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Having completed the dribbling drills at the recent Brunswick Community College basketball camp, the small group of players gathered for a huddle before moving on to the next drill. They gave a weak-hearted, low-spirited cheer and then dispersed.
The coach of those drills called them back. She was dissatisfied with their attitude. So they huddled again. The cheer was louder, but robotic. They tried to disperse again, but the coach made them huddle again. This time, the cheer was enthusiastic, and they moved on to the next drill.
The coach was Ashlyn Burke, recently named women’s basketball coach at BCC. She conducted the dribbling drills with the same discipline she showed in forming those huddles. And if that kind of discipline equates to victories, women’s basketball at BCC will eventually have its first winning season.
Burke is confident in her knowledge of the game and in how to teach it. Basketball has been a part of her life for as long as she can remember.
Her dad, Bob, was the head men’s coach at Chowan College for 22 years, accumulating a 454-258 record.
He was an assistant at the University of Hawaii. He now is the special assistant to Portland Trail Blazers coach Nate McMillan. McMillan was an All-America player for Burke at Chowan before becoming a point guard for Jim Valvano at N.C. State University.
Her brother, Rob, has been the head men’s coach at Spartanburg Methodist College for six seasons and last season was the Region X coach of the year.
Her mom, Jane, coached middle school basketball before becoming a school superintendent.
“I’ve grown up around junior college basketball my entire life,” Burke said. “I know the ins and outs of basketball. I’ve basically grown up being a gym rat. Throughout my life, I’ve been around men’s and women’s basketball.”
At a young age, she was learning about the game.
“I went to my first basketball camp (at Campbell University) at the age of 6—I wasn’t supposed to attend it until I was 8,” she said. “I started working camps at a very young age. I was attending camps and working camps. I didn’t have a choice.”
Burke, who also has worked in TV and film, became the programs and special events coordinator in December for the Dinah E. Gore Fitness & Aquatics Center. She will retain that job, but basketball now is filling most of her time.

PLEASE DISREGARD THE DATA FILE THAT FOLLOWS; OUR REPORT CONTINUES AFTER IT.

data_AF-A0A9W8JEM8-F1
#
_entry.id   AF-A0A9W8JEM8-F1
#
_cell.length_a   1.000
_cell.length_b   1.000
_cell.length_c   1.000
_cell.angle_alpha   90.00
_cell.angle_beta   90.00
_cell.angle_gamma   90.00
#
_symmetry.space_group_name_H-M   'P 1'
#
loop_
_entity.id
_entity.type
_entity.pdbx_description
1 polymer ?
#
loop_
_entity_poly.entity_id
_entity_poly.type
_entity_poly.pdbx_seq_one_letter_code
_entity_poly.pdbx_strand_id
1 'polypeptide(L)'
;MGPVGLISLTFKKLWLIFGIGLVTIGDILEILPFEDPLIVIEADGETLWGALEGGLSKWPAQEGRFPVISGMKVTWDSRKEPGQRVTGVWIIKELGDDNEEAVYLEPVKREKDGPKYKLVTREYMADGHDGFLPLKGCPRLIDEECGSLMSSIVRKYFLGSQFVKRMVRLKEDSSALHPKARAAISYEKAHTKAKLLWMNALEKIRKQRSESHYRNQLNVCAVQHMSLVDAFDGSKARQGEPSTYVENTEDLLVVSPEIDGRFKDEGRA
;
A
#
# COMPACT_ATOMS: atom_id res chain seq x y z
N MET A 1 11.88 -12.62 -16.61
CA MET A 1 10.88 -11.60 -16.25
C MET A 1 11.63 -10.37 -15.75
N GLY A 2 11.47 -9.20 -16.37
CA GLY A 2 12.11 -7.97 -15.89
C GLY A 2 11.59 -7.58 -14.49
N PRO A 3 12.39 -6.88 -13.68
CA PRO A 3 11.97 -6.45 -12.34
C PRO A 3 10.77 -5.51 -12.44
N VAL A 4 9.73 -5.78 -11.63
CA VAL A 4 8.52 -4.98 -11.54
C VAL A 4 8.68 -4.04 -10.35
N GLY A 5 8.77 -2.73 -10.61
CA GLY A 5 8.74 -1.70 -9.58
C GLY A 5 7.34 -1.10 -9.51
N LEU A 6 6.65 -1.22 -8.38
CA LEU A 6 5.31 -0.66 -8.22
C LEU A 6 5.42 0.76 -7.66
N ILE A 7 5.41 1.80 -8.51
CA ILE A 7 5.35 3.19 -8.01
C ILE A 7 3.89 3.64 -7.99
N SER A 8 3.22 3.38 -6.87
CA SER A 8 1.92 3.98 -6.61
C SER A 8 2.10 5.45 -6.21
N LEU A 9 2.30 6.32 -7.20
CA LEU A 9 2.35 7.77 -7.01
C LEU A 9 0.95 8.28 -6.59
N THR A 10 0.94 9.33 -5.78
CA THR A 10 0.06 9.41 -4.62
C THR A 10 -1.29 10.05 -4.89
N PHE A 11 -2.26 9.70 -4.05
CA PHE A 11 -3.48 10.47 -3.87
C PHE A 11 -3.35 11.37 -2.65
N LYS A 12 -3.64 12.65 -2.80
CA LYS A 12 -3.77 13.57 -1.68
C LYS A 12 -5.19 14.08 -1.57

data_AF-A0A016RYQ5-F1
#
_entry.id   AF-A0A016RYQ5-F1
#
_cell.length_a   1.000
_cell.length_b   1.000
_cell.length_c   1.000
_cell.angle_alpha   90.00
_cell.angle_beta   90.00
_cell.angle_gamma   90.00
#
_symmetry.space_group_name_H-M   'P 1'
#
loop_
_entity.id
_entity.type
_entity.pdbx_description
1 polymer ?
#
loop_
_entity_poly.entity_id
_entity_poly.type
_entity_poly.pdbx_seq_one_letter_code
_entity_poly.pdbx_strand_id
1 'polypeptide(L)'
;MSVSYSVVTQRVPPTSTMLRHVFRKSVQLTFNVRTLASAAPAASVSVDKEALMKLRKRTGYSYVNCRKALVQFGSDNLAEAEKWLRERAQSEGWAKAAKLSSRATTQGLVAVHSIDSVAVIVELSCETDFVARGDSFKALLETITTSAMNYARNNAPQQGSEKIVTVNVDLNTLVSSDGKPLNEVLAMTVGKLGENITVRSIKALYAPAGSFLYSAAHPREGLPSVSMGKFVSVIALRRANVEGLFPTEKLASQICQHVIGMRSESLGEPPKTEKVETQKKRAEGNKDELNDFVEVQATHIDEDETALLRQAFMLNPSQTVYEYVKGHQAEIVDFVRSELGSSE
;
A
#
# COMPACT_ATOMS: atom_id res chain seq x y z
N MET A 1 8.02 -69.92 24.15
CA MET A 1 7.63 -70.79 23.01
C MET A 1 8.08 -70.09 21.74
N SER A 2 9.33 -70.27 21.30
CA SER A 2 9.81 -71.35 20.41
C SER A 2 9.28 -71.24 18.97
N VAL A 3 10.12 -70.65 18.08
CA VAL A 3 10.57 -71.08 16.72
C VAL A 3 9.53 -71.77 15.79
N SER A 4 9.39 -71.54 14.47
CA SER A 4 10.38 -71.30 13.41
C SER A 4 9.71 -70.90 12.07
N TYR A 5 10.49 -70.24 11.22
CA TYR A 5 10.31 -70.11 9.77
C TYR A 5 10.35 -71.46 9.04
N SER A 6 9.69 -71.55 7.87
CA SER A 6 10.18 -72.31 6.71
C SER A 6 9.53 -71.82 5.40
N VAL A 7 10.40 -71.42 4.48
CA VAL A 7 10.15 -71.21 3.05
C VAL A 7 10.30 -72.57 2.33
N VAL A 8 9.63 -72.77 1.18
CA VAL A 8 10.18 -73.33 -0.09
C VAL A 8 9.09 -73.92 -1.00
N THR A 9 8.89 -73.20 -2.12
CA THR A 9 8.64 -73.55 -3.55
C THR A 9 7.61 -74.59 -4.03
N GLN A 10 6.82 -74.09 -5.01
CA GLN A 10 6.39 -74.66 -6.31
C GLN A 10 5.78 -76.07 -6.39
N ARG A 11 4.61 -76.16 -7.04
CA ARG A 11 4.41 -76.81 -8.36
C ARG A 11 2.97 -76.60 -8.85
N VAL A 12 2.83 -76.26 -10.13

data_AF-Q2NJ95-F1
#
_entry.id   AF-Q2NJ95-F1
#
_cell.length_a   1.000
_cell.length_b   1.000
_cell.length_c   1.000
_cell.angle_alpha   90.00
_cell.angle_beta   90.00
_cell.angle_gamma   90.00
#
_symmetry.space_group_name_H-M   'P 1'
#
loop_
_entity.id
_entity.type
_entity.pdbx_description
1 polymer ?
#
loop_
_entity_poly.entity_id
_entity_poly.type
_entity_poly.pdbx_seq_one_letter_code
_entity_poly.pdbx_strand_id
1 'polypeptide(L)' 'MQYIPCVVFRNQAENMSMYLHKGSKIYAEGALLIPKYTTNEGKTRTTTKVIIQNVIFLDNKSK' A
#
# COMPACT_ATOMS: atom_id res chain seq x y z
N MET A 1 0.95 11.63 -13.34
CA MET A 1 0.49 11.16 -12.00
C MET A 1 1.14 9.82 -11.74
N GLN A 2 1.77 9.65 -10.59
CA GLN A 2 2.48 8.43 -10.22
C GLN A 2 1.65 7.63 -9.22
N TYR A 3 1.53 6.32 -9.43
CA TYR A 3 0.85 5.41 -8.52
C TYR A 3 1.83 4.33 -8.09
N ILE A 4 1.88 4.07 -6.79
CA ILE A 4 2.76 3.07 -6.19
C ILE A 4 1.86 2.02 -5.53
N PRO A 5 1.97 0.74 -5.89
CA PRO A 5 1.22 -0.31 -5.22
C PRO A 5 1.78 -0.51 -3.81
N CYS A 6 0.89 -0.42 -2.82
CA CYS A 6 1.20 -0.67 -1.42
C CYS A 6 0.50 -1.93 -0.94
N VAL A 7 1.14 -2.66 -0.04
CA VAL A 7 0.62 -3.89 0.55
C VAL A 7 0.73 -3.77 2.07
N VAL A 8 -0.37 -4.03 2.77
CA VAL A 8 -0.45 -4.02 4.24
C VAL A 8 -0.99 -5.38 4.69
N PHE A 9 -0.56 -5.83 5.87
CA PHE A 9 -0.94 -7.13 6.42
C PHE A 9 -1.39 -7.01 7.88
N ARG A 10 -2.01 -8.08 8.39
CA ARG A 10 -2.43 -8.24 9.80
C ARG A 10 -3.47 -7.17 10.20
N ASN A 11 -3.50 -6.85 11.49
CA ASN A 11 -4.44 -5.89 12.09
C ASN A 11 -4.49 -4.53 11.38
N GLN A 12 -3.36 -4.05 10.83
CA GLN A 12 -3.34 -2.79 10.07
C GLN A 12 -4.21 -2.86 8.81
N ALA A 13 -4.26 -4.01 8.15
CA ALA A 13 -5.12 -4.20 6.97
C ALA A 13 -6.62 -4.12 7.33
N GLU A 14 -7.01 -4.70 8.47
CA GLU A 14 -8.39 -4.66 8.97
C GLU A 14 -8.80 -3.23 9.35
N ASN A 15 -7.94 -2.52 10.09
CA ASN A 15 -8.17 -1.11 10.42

“This was a time where I felt I could step in and have a successful program with some new girls, starting basically from scratch with a new team,” she said.
“We want to do some different things, like get some scholarship money in here. Now is a time where girls’ basketball is really big. I felt I could make a difference and be successful with it.”
She realizes the losses will be many at the start.
“I’ve always been up for a challenge,” she said. “It’s going to be difficult. We’re going to have to find some players. We’re definitely going to try to improve the program and build something here at BCC with our new athletic facility.
“Community colleges across the state are starting women’s programs. So it’s a good time for all of us.
“I am focused on trying to build a successful program here. Hopefully, I can do that with these girls. I think we have some good girls coming in.”
And the model for running a successful community college basketball program is always nearby: BCC men’s coach Walter Shaw. He has gained a nationwide reputation for blending academics and athletics. His teams have won back-to-back Region X regular-season championships. Eight players from his most recent team signed scholarships with four-year colleges—and six of those were Division I teams.
In contrast, no girl basketball player has graduated from BCC, Burke said.
“I look forward to bringing these girls in here and sending them on to a four-year institution,” she said, “where they can continue to play basketball. And that is one thing Walter Shaw has done. He has given many the opportunity to go further with their education and their basketball career. Having him on my side and (the people) he knows and has worked with, I’m really excited about it.”
And Burke knows she will have the unconditional help of her dad and her brother, both of whom she admires for their coaching success.
“I have big shoes to fill as far as following my dad’s footsteps and my brother’s footsteps,” she said. “I have a long way to go.”
MICHAEL PAUL is the sports editor at the Beacon. Reach him at 754-6890 or at email@example.com.